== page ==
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Cablegate: Chevron Vietnam Executives Discuss Energy Project

VZCZCXRO0402
RR RUEHCHI RUEHFK RUEHHM RUEHKSO RUEHNAG RUEHPB
DE RUEHHI #1379/01 2151735
ZNR UUUUU ZZH
R 031735Z AUG 07
FM AMEMBASSY HANOI
TO RUEHC/SECSTATE WASHDC 5994
INFO RUEHHM/AMCONSUL HO CHI MINH 3461
RUCPDOC/DEPT OF COMMERCE WASHINGTON DC
RUEHZU/ASIAN PACIFIC ECONOMIC COOPERATION

UNCLAS SECTION 01 OF 02 HANOI 001379

SIPDIS

STATE FOR EAP/MLS AND EEB
STATE PASS USTR FOR BISBEE

SENSITIVE
SIPDIS

E.O. 12958: N/A
TAGS: EPET ECON ENRG TRGY EINV ETRD VM
SUBJECT: CHEVRON VIETNAM EXECUTIVES DISCUSS ENERGY PROJECT

HANOI 00001379 001.2 OF 002


(U) THIS CABLE IS SENSITIVE BUT UNCLASSIFIED. NOT FOR INTERNET.

1. (SBU) Summary: Chevron Vietnam Ltd has been negotiating for
several years with Vietnam's Ministry of Industry (MOI) and the
state-owned energy firm, PetroVietnam, over the Malay-Tho Chu Basin
Natural Gas Concession Project. Chevron seeks to extract and sell a
portion of the gas into regional markets, which would allow the
company to provide gas to the power generators in Vietnam at a
competitively low price while earning a viable return on investment
on the venture. While the production sharing agreement originally
signed by Chevron and PetroVietnam gives Chevron the right to export
27 percent of the gas, MOI is now resisting this move. Chevron
could ultimately terminate the project if MOI continues to deny the
company the right to export a share of the gas. End summary.

2. (SBU) On July 25, Econoff met with three executives of Chevron
Vietnam Ltd: Andrew Latham, President; David Bates, Senior Counsel;
and Jim Ollen, Chief Representative, to learn about Chevron's work
in Vietnam. Chevron has been negotiating with MOI and PetroVietnam
for several years over the Malay-Tho Chu Basin Natural Gas
Concession Project, and has signed a Letter of Intent with
PetroVietnam. The Malay-Tho Chu Basin is located off the
southwestern tip of Vietnam, in the eastern Gulf of Thailand.
Geologists estimate the Chevron parcel contains approximately 3.6
trillion cubic feet of gas (TCFG). Chevron proposes to extract the
gas and transport it to an onshore power plant in southern Kien
Giang Province via a 400-kilometer pipeline that Chevron would
build.

3. (SBU) The executives explained that while conventional reservoirs
typically require anywhere from six to several dozen drilling rigs
to extract the gas, the fractured nature of the Malay-Tho Chu Basin
will require that Chevron construct and disassemble 400-500 drilling
rigs to recover all of the gas. Consequently, the drilling and
completion costs, including construction of the pipeline, will
likely cost as much as USD 2 billion. Moreover, due to the rapid
escalation in costs of materials and services in the construction
sector over the last year - as negotiations with MOI and
PetroVietnam have dragged on - Chevron needs to sell a portion of
the gas into regional markets, primarily to Thailand. This will
allow Chevron to provide gas to Electricity Vietnam (EVN) power
generators at a competitively low price while earning a viable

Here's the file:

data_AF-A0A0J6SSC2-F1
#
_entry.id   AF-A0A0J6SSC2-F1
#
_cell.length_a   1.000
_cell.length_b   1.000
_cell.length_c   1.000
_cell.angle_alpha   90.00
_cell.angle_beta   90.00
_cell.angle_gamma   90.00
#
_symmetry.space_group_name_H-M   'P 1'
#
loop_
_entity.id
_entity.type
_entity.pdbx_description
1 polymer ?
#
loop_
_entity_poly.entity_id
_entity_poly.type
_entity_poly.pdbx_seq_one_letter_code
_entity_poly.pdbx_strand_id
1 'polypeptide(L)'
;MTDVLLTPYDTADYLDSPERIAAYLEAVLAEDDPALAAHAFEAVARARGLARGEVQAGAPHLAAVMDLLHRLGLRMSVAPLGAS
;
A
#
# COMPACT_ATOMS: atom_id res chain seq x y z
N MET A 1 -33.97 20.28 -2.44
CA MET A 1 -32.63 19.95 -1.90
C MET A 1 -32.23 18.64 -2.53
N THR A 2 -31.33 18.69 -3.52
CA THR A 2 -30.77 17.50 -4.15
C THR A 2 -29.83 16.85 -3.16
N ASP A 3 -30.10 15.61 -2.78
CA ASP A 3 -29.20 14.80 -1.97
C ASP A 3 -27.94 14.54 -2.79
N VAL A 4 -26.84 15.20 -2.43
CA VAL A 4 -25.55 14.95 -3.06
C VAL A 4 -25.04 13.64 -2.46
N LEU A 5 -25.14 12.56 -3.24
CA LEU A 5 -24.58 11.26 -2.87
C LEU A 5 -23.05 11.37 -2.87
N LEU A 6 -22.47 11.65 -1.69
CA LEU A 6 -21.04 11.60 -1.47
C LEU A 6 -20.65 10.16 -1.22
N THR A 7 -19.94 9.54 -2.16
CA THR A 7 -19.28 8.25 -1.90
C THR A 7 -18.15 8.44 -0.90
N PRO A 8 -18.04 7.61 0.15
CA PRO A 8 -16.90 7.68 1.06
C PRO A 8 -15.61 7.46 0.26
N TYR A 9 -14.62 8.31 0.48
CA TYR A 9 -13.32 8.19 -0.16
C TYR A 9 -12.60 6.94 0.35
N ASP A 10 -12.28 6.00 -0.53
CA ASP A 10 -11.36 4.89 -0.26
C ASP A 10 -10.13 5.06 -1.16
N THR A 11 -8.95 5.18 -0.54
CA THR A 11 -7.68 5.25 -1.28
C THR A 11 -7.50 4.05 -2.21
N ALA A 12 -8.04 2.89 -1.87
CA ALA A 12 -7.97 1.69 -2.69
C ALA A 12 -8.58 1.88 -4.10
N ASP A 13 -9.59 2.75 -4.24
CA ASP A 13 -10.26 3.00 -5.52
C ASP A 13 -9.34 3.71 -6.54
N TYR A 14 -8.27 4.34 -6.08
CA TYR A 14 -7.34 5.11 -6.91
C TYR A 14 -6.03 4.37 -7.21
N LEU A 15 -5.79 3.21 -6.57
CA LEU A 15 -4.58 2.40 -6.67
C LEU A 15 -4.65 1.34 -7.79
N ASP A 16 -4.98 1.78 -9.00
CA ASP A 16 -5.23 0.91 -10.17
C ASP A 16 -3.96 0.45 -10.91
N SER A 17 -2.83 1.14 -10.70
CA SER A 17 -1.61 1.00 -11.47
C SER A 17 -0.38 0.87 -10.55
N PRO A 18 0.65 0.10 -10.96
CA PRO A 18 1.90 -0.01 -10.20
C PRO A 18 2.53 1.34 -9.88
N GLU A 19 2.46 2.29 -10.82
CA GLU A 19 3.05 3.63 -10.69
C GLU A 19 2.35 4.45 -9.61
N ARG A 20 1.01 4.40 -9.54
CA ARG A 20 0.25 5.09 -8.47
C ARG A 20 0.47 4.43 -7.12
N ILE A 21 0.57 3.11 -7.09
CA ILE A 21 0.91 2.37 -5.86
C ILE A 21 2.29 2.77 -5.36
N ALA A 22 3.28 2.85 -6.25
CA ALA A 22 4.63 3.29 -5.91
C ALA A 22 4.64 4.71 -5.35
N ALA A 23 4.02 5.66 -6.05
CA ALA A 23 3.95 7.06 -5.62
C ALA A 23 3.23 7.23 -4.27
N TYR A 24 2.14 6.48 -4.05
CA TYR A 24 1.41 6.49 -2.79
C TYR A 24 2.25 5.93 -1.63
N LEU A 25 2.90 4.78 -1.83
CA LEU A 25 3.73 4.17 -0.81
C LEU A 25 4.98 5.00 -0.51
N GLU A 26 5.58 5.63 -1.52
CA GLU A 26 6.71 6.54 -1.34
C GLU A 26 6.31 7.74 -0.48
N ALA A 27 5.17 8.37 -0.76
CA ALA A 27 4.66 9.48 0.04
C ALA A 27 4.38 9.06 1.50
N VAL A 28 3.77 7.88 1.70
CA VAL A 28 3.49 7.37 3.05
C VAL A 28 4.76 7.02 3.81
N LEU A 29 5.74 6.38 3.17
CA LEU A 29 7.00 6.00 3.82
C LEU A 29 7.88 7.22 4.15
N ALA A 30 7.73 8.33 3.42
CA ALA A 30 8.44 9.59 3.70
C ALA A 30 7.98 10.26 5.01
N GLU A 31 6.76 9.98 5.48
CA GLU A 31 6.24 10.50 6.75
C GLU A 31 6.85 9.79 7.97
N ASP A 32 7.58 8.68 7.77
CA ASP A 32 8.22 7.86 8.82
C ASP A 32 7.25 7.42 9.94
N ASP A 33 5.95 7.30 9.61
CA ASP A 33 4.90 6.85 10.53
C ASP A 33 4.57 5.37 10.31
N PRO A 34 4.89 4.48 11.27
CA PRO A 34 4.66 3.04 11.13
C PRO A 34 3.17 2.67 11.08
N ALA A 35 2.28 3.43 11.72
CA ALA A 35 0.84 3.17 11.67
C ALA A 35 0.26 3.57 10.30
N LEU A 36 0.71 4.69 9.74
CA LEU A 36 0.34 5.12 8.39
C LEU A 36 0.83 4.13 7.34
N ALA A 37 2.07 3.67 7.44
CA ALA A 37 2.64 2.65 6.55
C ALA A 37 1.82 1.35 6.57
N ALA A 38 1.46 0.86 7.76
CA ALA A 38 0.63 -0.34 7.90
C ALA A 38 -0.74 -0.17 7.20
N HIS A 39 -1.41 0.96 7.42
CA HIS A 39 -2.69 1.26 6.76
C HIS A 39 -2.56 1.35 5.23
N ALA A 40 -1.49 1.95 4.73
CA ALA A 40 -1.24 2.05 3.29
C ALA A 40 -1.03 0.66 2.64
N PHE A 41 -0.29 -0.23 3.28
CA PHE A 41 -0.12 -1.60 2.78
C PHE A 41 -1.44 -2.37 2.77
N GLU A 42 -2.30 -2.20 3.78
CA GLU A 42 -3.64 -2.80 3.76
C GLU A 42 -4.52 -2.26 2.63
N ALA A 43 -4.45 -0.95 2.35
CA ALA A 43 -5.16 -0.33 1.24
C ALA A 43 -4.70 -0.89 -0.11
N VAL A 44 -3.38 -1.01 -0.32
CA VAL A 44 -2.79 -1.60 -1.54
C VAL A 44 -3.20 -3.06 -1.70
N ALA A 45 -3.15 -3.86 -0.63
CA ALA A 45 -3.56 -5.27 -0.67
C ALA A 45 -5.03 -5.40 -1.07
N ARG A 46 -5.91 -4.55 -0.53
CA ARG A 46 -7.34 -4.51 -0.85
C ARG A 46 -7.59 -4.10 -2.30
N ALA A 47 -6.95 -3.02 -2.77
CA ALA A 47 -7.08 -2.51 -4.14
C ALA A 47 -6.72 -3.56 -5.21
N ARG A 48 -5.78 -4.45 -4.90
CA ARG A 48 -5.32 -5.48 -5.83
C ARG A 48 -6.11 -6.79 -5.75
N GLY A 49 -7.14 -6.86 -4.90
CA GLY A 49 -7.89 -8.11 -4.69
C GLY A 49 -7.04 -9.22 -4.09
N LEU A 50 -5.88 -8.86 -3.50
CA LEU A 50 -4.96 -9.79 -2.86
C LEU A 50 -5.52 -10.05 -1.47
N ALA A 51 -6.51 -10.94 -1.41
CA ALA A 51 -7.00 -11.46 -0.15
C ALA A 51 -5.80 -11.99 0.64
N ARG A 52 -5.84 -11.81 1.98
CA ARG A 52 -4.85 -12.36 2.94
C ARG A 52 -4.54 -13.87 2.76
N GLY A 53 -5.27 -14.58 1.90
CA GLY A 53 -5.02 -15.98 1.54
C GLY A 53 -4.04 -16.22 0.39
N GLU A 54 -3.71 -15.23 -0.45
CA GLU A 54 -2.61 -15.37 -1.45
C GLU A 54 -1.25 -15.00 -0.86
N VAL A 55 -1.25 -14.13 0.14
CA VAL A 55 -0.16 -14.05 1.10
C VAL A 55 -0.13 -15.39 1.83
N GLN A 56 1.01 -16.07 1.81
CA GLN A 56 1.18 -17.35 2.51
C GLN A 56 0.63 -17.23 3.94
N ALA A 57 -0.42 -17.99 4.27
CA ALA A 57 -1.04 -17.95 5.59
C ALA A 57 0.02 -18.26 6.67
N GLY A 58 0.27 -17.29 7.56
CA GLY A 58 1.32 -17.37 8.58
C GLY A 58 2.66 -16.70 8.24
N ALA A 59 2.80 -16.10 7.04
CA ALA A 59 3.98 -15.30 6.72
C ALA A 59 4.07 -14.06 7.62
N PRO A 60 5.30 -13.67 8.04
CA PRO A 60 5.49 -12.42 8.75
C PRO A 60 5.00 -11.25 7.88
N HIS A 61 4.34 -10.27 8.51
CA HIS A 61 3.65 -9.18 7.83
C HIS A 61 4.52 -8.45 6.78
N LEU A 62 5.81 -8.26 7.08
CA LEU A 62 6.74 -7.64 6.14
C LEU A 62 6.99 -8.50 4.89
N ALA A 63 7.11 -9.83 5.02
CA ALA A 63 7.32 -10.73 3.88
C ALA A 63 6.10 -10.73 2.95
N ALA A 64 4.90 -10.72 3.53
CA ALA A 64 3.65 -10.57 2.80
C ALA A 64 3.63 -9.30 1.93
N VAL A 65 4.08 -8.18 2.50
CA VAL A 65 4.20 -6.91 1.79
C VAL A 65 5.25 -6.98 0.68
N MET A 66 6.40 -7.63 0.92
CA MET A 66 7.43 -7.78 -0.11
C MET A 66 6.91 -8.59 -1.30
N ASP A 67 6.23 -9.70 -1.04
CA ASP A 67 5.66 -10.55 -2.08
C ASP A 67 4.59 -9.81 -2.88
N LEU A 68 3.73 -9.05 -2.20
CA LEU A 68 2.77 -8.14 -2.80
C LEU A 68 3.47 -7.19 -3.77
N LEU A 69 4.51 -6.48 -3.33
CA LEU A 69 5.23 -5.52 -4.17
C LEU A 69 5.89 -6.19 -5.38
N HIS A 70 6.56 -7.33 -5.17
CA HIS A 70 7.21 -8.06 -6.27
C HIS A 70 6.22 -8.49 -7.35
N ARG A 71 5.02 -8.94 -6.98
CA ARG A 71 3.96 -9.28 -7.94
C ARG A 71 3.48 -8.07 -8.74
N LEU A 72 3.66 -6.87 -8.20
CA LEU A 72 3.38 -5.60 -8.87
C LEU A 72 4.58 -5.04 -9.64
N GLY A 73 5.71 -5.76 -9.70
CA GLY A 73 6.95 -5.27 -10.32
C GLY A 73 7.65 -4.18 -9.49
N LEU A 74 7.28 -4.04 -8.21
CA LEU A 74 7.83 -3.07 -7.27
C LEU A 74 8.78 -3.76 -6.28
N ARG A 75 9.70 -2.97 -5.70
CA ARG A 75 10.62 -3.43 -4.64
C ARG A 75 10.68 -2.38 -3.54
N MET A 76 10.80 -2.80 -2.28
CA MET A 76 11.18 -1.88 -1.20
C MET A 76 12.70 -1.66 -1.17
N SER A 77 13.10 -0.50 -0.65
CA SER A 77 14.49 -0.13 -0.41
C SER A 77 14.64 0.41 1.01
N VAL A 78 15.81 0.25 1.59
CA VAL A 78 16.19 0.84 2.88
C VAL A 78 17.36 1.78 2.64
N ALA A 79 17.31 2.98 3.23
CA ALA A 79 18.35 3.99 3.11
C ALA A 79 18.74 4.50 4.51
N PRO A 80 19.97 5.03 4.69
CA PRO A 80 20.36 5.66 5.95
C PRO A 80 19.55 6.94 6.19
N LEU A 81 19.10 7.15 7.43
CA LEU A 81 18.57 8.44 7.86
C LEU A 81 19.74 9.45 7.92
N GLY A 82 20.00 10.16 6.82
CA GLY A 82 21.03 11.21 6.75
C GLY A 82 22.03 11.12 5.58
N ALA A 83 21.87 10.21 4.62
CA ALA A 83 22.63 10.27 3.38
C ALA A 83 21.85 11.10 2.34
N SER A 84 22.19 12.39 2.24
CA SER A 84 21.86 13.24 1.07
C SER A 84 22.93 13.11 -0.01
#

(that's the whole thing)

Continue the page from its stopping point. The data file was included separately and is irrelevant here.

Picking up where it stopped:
return on investment on the venture.

4. (SBU) Although the production sharing agreement (PSC) signed by
Chevron and PetroVietnam gives Chevron the right to export 27
percent of the gas, MOI is now resisting this move. In a meeting
with Chevron one year ago, MOI's Minister Hai confessed that
political considerations were behind his refusal to allow Chevron to
export a share of the gas. According to Hai, the Vietnamese people
already view power and gasoline as prohibitively expensive, despite
heavy subsidization by the GVN, and blame foreign energy companies
for gouging the Vietnamese consumer. Allowing Chevron to export a
share of the national wealth would merely exacerbate this
perception, he said.

5. (SBU) Latham highlighted what he sees as a disconnect between the
often lofty commitments made by GVN leaders, and the cautious,
almost grudging actions of the GVN bureaucracy, by describing a
scene he witnessed at a PetroVietnam anniversary celebration in
February 2007. At the event, Vietnamese Prime Minister Nguyen Tan
Dzung stood up and launched into a lengthy diatribe berating
PetroVietnam's assembled staff for their poor performance. Latham
said Dzung has sharply criticized PetroVietnam's failure to
undertake or complete energy infrastructure projects during several
on-camera interviews recently.

6. (SBU) The Chevron executives were inquisitive about the motives
behind China's recent confrontation with the GVN over BP's work in
parcels 53 and 54 near the Spratly Islands. Chevron would like to
commence gas explorations in a parcel located approximately 500
miles north of the Islands, along the disputed line of demarcation,
and the company is evidently concerned about China's potential
reaction.

7. (SBU) To date, Chevron has invested approximately USD 100 million
in the Malay-Tho Chu Project. Latham, who pointedly noted that
Chevron abandoned its holdings in Sudan in 1984 after the company
had invested over USD 1 billion, said Chevron could do the same in
Vietnam if MOI continues to deny the company the right to export a
share of the gas.

8. (SBU) If Chevron ultimately abandons the project, Latham said it
is conceivable that a Russian, Chinese, Malaysian, or Venezuelan
energy firm could step in to build the pipeline and agree to sell
100 percent of the gas to PetroVietnam. However, he said Chevron's
expertise is particularly suited to the technical challenges of this

HANOI 00001379 002.2 OF 002


project, and warned that the integrity of the enterprise could
suffer if taken over, for example, by the Russian state-owned oil
firm Zarubezhneft, or Venezuela's state-owned oil company, PDVSA.

MARINE

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